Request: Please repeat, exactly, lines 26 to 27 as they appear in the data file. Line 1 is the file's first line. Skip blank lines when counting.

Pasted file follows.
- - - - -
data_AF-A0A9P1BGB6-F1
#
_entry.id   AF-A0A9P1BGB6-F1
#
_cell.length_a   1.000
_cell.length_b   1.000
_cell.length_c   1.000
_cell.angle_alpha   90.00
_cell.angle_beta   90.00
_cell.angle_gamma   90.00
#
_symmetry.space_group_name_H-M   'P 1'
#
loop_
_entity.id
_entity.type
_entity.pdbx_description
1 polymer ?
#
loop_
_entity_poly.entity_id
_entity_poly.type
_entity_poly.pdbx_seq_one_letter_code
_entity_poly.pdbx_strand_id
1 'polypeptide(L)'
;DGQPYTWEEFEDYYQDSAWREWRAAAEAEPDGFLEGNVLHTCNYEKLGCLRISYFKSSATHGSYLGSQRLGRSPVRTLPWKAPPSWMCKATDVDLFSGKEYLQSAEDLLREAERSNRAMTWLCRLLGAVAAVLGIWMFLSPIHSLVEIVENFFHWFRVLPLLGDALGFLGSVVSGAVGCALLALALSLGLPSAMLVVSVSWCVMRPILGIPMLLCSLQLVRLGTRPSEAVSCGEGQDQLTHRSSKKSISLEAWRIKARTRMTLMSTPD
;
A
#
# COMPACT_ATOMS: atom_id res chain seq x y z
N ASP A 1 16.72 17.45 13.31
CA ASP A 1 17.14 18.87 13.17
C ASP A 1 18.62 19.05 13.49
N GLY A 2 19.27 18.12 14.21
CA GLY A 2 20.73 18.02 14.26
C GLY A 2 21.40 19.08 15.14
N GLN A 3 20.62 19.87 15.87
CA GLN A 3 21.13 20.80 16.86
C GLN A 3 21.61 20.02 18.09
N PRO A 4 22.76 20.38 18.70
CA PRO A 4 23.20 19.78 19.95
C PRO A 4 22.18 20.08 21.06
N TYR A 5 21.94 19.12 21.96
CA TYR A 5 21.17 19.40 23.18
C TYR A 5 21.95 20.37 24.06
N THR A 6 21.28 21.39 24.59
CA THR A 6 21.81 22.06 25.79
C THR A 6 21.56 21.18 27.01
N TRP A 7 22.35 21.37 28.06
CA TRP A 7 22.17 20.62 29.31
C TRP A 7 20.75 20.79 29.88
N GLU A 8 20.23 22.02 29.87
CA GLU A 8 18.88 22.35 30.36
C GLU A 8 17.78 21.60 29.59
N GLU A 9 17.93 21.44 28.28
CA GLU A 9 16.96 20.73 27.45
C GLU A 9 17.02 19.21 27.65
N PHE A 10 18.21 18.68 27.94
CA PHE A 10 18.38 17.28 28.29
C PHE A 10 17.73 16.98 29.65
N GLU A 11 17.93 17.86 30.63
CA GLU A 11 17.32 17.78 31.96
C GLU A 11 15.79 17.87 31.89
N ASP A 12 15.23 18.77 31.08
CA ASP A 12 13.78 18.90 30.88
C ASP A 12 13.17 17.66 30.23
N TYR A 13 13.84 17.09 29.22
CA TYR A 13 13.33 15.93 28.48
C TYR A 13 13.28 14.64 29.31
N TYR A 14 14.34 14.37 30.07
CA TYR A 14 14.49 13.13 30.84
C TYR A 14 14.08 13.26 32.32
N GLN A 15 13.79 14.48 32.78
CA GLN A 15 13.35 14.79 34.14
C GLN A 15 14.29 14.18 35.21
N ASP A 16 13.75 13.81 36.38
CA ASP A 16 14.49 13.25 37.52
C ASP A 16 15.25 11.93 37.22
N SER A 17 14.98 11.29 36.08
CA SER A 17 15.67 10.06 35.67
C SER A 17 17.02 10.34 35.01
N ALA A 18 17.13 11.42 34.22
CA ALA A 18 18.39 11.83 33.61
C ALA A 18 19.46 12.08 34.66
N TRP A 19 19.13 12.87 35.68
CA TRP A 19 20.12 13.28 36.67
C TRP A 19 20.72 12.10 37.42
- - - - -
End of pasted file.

;DGQPYTWEEFEDYYQDSAWREWRAAAEAEPDGFLEGNVLHTCNYEKLGCLRISYFKSSATHGSYLGSQRLGRSPVRTLPWKAPPSWMCKATDVDLFSGKEYLQSAEDLLREAERSNRAMTWLCRLLGAVAAVLGIWMFLSPIHSLVEIVENFFHWFRVLPLLGDALGFLGSVVSGAVGCALLALALSLGLPSAMLVVSVSWCVMRPILGIPMLLCSLQLVRLGTRPSEAVSCGEGQDQLTHRSSKKSISLEAWRIKARTRMTLMSTPD
;